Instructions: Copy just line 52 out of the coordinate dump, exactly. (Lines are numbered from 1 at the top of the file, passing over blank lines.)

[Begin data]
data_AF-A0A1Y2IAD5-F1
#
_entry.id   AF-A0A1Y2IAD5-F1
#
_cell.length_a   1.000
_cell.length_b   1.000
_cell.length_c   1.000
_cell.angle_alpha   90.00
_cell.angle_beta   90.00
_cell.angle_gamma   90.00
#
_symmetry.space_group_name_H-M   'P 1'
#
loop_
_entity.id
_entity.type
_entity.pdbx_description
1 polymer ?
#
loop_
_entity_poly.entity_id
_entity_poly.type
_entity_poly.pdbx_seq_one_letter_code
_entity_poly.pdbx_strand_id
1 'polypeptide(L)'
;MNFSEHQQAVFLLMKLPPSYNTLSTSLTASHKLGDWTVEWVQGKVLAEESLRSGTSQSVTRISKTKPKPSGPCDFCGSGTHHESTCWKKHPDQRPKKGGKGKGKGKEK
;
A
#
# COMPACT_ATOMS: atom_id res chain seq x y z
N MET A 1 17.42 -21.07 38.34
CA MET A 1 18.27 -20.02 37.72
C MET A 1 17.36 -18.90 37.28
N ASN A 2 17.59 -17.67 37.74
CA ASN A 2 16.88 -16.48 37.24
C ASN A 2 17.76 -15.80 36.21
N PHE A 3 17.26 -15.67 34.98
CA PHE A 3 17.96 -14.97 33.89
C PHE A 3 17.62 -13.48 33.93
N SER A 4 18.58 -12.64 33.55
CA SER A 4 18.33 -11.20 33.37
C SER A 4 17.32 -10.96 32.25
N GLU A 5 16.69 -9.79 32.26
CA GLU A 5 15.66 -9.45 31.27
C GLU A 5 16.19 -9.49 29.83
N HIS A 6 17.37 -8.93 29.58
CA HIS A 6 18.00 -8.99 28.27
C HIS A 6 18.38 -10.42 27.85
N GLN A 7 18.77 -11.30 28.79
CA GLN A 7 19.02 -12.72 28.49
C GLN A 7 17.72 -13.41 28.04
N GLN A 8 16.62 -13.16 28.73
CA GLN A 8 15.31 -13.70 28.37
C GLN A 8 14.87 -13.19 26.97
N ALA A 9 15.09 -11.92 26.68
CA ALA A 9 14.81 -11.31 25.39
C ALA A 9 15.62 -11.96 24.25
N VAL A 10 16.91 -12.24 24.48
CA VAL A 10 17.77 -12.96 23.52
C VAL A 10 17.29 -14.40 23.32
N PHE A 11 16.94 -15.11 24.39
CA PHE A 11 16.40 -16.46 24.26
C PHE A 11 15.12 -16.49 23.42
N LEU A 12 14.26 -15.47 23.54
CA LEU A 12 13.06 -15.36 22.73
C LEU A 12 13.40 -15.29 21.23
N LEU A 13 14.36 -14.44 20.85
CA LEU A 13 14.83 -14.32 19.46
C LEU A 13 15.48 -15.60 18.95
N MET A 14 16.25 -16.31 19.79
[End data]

N GLN A 8 16.62 -13.16 28.73